Filing a false police report is a crime.
The employee, Council office manager Diana Bitely, bolstered her position with the results of lie detector test she voluntarily took on the advice of her lawyer.
Bitely and her lawyer, Mary Chartier, were interviewed in Chartier’s office at Alane & Chartier, last week.
Bitely said she had asked Dunbar on Nov. 6 to bring in her computer for a software update. She said Dunbar told her that it had been damaged in an argument with her husband.
“When I asked if she’d still bring it in to have it replaced, she said she had been trying to have the hard drive cleaned up and didn’t want it looked at, I presume,” Bitely said. “At some point during the conversation, she said, ‘Well, you could report it stolen.’
“I said, ‘Kathie, I think you need a police report for that,’ but she continued to look at me for an answer. … Finally, she wasn’t saying anything and I said, ‘Do you really want me to report it stolen,’ and she said, ‘Yes.’”
Bitely said she asked Dunbar a second time if she wanted it reported stolen, to which she said Dunbar said “yes.”
In January, the City Attorney’s Office found that Dunbar had not committed a crime or an ethical violation, even if Bitely’s statement is taken as true.
Dunbar — as the city attorney’s investigation points out — gives a different story than Bitely’s.
“I have not and did not offer to file any police report, nor did I file a police report. I told her I did not want anyone to know what happened to the computer,” Dunbar said Monday. She also said Bitely brought up the need to file a police report if it was said to be “missing.”
“Nobody ever used the word stolen,” Dunbar said.
Two of Dunbar’s interns were present during the conversation, according to the city attorney’s report to the Council. One did not recall what was said, and the other corroborated Dunbar’s story, the report said. The intern, who spoke on condition of anonymity because of her internship, backed Dunbar’s statement Tuesday.
Dunbar said the broken laptop was “collateral damage” in an argument with her husband.
In response to Dunbar’s claim that Bitely brought up the need for a police report, Bitely said: “I would never suggest that anyone report anything stolen. It wouldn’t be good for me or anyone else.”
Under state law, it is a felony to falsely report a felony crime and a misdemeanor to falsely report a misdemeanor crime.
“It depends on what you would tell police,” said Ingham County Prosecutor Stuart Dunnings III. He added that, in a “he-said, she-said” situation, an independent party is important for knowing who is telling the truth.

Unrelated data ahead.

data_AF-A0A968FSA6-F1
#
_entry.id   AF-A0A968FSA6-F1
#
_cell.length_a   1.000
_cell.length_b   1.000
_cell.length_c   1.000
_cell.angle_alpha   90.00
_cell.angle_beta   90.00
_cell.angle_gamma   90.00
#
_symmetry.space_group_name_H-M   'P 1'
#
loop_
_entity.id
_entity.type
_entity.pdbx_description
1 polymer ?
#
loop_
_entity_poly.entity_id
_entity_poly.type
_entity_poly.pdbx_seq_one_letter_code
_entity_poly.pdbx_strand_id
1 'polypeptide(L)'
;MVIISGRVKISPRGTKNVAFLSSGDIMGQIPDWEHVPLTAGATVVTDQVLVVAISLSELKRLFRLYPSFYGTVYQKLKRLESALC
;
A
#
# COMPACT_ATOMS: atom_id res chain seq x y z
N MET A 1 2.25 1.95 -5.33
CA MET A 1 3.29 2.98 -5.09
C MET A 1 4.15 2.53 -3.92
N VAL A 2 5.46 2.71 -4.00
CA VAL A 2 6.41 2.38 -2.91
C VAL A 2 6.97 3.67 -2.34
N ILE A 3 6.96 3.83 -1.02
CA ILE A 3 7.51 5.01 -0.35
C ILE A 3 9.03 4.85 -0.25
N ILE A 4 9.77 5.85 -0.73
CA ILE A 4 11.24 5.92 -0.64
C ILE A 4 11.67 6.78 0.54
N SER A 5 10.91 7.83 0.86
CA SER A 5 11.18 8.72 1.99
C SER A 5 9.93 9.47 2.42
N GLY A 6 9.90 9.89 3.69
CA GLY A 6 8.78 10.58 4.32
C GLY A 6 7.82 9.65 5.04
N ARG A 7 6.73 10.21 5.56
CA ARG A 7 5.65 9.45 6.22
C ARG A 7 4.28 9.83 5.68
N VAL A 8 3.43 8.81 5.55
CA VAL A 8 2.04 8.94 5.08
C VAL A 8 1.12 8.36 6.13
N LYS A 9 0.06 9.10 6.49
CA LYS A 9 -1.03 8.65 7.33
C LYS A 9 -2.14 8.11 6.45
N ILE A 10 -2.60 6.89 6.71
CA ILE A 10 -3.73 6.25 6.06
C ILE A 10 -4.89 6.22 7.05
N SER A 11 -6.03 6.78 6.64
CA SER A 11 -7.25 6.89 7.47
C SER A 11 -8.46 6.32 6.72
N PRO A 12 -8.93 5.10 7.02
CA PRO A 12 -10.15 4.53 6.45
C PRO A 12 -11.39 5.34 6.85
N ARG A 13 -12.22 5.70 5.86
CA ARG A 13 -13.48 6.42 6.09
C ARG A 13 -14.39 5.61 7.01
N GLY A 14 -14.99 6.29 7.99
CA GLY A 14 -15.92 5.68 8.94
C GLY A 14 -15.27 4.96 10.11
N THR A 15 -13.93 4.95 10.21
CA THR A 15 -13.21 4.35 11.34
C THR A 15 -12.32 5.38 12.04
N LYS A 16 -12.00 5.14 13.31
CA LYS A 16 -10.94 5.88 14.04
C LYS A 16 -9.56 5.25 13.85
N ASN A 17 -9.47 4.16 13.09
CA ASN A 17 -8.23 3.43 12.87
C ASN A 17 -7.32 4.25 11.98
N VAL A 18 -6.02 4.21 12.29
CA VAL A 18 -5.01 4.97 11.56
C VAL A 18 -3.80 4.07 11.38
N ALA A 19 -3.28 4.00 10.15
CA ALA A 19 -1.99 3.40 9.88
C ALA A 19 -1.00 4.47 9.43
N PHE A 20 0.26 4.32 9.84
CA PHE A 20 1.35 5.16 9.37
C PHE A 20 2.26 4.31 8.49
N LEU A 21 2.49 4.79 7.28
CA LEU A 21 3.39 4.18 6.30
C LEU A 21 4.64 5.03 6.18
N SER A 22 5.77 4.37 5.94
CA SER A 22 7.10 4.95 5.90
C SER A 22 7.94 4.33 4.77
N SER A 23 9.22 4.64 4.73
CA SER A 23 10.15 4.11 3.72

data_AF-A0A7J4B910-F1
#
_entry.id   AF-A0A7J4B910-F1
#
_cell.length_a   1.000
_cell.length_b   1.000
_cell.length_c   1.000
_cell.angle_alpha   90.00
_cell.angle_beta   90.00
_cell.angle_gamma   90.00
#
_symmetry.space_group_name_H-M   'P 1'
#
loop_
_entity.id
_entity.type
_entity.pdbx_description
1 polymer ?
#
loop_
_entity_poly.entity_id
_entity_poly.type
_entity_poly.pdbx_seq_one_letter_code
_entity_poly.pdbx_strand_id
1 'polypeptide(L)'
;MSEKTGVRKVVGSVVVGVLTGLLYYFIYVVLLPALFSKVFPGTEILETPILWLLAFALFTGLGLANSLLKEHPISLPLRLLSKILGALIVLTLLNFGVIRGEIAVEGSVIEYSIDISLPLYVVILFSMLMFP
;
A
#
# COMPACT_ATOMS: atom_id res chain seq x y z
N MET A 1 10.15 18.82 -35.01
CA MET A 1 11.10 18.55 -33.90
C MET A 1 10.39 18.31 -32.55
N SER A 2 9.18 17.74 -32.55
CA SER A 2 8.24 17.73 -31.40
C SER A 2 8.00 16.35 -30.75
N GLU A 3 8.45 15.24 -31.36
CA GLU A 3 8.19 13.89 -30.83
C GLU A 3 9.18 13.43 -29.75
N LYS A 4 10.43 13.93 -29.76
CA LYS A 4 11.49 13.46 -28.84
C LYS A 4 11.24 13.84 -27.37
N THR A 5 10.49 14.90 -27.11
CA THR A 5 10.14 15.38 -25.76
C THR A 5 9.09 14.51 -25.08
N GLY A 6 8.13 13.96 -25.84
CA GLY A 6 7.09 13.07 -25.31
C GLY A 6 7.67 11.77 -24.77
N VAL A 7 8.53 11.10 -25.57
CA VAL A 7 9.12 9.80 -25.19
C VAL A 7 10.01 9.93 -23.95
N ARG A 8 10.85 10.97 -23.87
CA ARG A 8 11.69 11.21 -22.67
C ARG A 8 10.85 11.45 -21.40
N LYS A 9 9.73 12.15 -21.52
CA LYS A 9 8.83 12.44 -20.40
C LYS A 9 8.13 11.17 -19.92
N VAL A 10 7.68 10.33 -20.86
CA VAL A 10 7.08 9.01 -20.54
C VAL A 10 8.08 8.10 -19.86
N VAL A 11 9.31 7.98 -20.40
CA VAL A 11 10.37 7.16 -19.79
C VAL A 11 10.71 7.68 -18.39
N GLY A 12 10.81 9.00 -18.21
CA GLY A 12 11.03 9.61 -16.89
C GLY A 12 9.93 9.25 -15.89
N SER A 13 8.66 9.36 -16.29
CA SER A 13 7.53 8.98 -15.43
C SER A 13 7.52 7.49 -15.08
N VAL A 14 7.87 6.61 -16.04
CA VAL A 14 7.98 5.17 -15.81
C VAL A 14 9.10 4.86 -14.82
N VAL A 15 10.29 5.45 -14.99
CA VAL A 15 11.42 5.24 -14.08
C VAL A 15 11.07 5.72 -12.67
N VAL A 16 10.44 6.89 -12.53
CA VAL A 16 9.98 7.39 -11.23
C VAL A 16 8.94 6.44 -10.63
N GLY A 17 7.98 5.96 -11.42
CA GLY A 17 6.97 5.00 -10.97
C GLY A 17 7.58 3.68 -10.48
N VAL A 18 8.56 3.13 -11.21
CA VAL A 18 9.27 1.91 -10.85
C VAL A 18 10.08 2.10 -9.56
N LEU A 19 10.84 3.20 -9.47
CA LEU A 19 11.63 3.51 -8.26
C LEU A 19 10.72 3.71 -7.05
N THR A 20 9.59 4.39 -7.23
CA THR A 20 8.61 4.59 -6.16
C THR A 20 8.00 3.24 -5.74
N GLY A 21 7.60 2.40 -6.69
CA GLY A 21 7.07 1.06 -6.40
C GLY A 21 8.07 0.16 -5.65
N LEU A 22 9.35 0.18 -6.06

Bitely said that at the encouragement of attorney Chartier she took a polygraph test roughly five weeks after the Nov. 6 conversation with Dunbar because “it seemed like it might come back to her as if she made it up,” Chartier said.
Bitely was asked three questions during the polygraph: “Did Kathie Dunbar ask you to report the computer stolen?” (“Yes.”) “Was Kathie the first person to mention reporting the computer stolen?” (“Yes.”) “Are you lying when you say Kathie asked you to report the computer stolen?” (“No.”)
The test was administered by Kenneth A. MacEachern of Capital Polygraph. Chartier said it cost about $400.
Mayor Virg Bernero suggested Monday that Jeffries referred Bitely to Chartier. Bernero and Jeffries are frequently at odds with each other. The mayor is helping organize opposition to Jeffries’ re-election this fall.
Chartier said her law firm gets referrals from Jeffries, who is also an attorney, but also from “100 to 200” other attorneys.
“Do I have a relationship with Brian in terms of a colleague? Sure, the same way I do with 100 other people,” Chartier said.
Bitely said she promptly reported the conversation with Dunbar to Jeffries, who as Council president was her supervisor at the time. Carol Wood assumed the presidency in January.
Bitely worked for Jeffries’ law firm until about eight years ago, when she went to work for the Council.
When asked if Jeffries suggested she hire a lawyer, Bitely said she did it on the advice of her partner.
Bitely, 39, has accepted another job, Wood said in an interoffice memo Monday. Dunbar said it is with the state. Her last day is next week.
Dunbar and Bitely said in separate interviews that the relationship between them is fine. Bitely said she is not interested in taking any further action on the matter.